A flow chart shown in FIG. 3 comprises a mechanism by which the squelch circuit 120 determines the state of the audio gates 114. From the start block 302, the received signal is checked and a decision is made as to the presence of low band energy, block 303. In the preferred embodiment, the presence of low band energy is checked by evaluating the signal energy in the 300 Hz to 3 KHz range. The NO output of the condition block 303 returns the operation back to the start block 302. The YES output is coupled to a block 304 where the low band energy is correlated to dynamically produce the squelch threshold. Next, the highband energy is measured, block 305. Following this block a decision is made as to whether the energy of the highband noise is below the threshold as dynamically determined by the correlator 204. The NO output indicating that a high level of highband noise is present returns the operation to the start block 302. This NO condition may be the result of temporary presence of noise components in the audio band analyzed by condition block 304. The YES output of the condition block 306 is coupled to a block 308 where the audio gates 114 are unmuted. The audio gates 114 remain unmuted until a further decision is made to the contrary. Once the audio gates 114 are unmuted, a condition block 310 determines if the highband noise has crept up above the threshold, or a hysterisis as the case may be. The NO output of the condition block 310 is coupled back to the block 308 where the audio gates 114 remain unmuted. The YES output indicating that the highband noise components of the received signal have gone beyond the squelch threshold, or a hysterisis thereof, is coupled to a block 312 where the low band energy content of the received signal is once again checked. Upon such analysis, a decision is made as to whether audio signal is present. The NO output of block 314 returns the operation to the start block 302 where the entire operation is repeated. The YES output indicating that the audio board signal is still present returns the operation to the unmute block 308. The YES output of the block 314 occurs as a result of what is known in the art as temporary fading, which occurs when the high frequency noise is temporarily increased without the audio having disappeared. Note that although the unmuting and muting of the audio gates 114 along with any desired hysterisis are accomplished via the squelch circuit 120 it is feasible to use a first component of the DSP 110 to unmute and a second component of the DSP 110 to mute the audio gates 114.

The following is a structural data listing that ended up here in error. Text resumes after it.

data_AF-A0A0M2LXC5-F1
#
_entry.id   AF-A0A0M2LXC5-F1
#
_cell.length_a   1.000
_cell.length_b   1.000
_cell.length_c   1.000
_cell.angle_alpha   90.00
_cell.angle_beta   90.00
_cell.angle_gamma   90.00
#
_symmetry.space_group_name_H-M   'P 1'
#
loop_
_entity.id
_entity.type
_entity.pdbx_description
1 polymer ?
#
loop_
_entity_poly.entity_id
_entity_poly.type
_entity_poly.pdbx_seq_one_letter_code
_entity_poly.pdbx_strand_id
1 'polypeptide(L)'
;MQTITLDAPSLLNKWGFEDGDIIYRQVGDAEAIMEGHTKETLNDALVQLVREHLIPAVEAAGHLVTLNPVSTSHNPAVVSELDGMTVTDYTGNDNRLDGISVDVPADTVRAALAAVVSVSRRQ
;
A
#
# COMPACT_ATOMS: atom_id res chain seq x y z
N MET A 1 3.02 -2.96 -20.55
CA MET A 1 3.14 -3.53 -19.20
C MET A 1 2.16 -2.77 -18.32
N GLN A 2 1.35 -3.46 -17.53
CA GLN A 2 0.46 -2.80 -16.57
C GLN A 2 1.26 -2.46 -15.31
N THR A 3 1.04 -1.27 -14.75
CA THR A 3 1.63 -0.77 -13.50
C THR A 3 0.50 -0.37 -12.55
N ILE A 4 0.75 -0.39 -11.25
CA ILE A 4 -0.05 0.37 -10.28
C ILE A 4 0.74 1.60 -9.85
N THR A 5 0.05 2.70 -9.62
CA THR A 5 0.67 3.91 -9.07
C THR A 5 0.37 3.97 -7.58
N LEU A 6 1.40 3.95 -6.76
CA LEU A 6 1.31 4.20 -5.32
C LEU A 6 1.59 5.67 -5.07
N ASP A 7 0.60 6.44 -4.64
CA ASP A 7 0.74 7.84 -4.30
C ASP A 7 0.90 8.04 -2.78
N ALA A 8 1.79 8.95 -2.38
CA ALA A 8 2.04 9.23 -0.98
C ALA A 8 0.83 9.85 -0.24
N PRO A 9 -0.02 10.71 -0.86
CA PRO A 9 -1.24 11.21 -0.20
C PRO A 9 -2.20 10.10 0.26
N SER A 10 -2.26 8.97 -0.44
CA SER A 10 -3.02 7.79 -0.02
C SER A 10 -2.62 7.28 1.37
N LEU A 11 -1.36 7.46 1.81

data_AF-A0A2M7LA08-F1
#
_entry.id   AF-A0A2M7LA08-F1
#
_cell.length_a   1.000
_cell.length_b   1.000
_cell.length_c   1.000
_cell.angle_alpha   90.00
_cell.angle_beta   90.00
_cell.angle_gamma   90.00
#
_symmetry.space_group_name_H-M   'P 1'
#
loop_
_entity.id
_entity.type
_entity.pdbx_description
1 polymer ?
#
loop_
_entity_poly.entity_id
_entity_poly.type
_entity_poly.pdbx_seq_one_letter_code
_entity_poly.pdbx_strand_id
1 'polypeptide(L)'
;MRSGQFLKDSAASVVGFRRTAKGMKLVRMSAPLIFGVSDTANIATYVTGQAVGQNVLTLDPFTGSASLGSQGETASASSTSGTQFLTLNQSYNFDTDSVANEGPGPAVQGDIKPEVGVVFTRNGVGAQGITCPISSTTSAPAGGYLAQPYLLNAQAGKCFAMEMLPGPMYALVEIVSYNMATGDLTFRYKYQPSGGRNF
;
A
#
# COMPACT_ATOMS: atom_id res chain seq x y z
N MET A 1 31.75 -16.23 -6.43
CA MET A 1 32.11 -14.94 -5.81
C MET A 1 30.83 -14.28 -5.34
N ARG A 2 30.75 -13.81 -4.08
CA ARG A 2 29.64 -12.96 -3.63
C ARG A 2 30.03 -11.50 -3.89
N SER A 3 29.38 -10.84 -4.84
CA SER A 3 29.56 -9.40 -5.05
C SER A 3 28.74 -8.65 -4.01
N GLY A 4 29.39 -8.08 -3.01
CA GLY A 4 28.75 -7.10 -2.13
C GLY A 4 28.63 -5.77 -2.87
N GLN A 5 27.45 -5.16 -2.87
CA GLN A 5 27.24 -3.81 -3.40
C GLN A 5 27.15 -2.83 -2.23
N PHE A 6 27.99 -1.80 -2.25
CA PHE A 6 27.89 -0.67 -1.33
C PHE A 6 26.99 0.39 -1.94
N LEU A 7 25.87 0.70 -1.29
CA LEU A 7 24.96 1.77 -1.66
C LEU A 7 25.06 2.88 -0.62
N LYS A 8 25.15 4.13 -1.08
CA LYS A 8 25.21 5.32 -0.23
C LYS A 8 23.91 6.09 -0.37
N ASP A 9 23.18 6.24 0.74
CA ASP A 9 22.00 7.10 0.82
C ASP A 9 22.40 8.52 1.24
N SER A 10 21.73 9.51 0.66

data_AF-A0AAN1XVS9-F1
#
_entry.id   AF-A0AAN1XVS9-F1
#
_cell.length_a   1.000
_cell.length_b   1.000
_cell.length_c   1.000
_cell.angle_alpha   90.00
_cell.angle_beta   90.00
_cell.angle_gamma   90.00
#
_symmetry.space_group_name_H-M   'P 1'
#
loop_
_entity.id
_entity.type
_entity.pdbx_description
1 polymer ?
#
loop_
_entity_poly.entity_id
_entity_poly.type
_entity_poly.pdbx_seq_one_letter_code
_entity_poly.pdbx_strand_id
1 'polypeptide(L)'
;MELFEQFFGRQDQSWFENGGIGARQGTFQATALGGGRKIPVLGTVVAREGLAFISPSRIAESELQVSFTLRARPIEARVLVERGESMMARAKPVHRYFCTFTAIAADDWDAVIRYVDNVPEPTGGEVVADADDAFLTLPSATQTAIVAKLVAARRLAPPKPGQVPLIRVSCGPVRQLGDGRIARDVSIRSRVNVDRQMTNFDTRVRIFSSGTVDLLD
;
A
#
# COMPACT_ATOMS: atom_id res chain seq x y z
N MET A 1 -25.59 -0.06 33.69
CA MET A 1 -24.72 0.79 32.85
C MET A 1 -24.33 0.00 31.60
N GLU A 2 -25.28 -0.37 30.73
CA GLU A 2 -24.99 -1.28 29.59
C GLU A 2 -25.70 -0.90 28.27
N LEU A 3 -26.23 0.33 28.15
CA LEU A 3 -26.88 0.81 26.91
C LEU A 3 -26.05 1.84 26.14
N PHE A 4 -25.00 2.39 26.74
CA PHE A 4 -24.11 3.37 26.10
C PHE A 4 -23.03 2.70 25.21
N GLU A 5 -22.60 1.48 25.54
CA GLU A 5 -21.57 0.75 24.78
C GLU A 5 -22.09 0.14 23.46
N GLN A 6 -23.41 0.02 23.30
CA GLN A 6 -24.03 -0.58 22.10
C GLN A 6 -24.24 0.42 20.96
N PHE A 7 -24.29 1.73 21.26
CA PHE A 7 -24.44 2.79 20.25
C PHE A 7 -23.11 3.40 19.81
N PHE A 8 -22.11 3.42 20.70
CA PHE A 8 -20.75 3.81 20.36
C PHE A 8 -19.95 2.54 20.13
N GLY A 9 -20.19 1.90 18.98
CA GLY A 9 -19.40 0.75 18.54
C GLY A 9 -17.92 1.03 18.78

In summary, a squelch circuit and a method of unmuting a speaker is shown for use in a communication device used for the reception and transmission of digitized voice. The present invention utilizes the squelch circuit 120 of the DSP 110 which is used in the recovery of the digitized voice to determine whether the speaker 116 should be unmuted. Hence, the need for a dedicated squelch circuit is eliminated. By correlating the audio band segment of the frequency spectrum of the received signal, the correlator 204 dynamically adjusts the squelch threshold. This threshold is then used by the square and integrator 210 and the integrate and dump 212 in determining the level of the highband noise energy in the received signal. The squelch decision circuit 214 proceeds to monitor and analyze the highband noise of the received signal to determine the compression of noise which is concurrent with reception of valid signal in FM systems. By comparing the highband noise to the squelch threshold, the DSP 110 establishes that indeed a signal is being received and hence directs the audio 114 to unmute allowing the received audio to be heard on the speaker 116. A significant benefit of the present invention is that a dedicated squelch circuit is no longer needed in communication devices used for receiving digitized voice. In place of a dedicated squelch circuit, the DSP 110 is used to monitor different segments of the frequency spectrum of the received signal to unsquelch the communication device 100. The communication device 100 can now enjoy the same benefits of squelch systems used in non-digitized voice communication devices without the use of dedicated components, reducing cost, space, and parts count.
Another benefit of the present invention is that it limits current consumption by limiting the operating frequency of the DSP 110. In the preferred embodiment the bandwidth of the signal observed by the DSP 110 for the detection of squelch is limited to 10 KHz as compared to traditional 25 KHz bandwidth used in typical squelch circuits. The significant reduction in the bandwidth requirements is due to lack of limiters in the squelch path of the DSP 110. With no limiters in the squelch path the audio signal is not spread in frequency hence eliminating the need to monitor very high frequency portions of the received signal. In other words, the detection of highband energy is accomplished by monitoring the signal level below 10 KHz. Since the high frequency monitoring of the received signal is no longer necessary with this squelch detection, a lower clock frequency may be used with the DSP 110 lowering its consumption current.
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|U.S. Classification||455/222, 375/351, 455/225|
|International Classification||H03G3/34, H04B1/10|
|Cooperative Classification||H04B1/1027, H03G3/344|
|European Classification||H04B1/10E, H03G3/34C|
|Jun 2, 1992||AS||Assignment|
Owner name: MOTOROLA, INC. A CORP. OF DELAWARE, ILLINOIS
Free format text: ASSIGNMENT OF ASSIGNORS INTEREST.;ASSIGNORS:GHOMESHI, MANSOUR;WONG, CHIN P.;SIMMONS, JOHN W.;REEL/FRAME:006143/0638
Effective date: 19920520
|Sep 18, 1997||FPAY||Fee payment|
Year of fee payment: 4
|Nov 6, 2001||REMI||Maintenance fee reminder mailed|
|Apr 12, 2002||LAPS||Lapse for failure to pay maintenance fees|
|Jun 11, 2002||FP||Expired due to failure to pay maintenance fee|
Effective date: 20020412